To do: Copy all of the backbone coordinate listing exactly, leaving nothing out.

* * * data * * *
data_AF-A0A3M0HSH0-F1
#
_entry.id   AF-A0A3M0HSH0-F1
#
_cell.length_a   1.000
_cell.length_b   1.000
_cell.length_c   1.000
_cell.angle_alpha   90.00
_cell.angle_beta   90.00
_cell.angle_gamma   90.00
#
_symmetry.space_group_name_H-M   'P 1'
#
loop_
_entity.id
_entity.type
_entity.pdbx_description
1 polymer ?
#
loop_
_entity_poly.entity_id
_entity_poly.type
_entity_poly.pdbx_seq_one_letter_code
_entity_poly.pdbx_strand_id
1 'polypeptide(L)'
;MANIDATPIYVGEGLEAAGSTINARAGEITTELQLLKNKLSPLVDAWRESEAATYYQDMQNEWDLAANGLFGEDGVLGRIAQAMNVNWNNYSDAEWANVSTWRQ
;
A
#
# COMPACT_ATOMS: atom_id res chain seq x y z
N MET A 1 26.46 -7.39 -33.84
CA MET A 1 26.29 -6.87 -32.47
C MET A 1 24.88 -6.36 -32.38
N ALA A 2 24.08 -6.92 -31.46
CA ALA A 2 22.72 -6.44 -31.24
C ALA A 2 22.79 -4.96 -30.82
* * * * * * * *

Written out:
data_AF-A0A3M0HSH0-F1
#
_entry.id   AF-A0A3M0HSH0-F1
#
_cell.length_a   1.000
_cell.length_b   1.000
_cell.length_c   1.000
_cell.angle_alpha   90.00
_cell.angle_beta   90.00
_cell.angle_gamma   90.00
#
_symmetry.space_group_name_H-M   'P 1'
#
loop_
_entity.id
_entity.type
_entity.pdbx_description
1 polymer ?
#
loop_
_entity_poly.entity_id
_entity_poly.type
_entity_poly.pdbx_seq_one_letter_code
_entity_poly.pdbx_strand_id
1 'polypeptide(L)'
;MANIDATPIYVGEGLEAAGSTINARAGEITTELQLLKNKLSPLVDAWRESEAATYYQDMQNEWDLAANGLFGEDGVLGRIAQAMNVNWNNYSDAEWANVSTWRQ
;
A
#
# COMPACT_ATOMS: atom_id res chain seq x y z
N MET A 1 26.46 -7.39 -33.84
CA MET A 1 26.29 -6.87 -32.47
C MET A 1 24.88 -6.36 -32.38
N ALA A 2 24.08 -6.92 -31.46
CA ALA A 2 22.72 -6.44 -31.24
C ALA A 2 22.79 -4.96 -30.82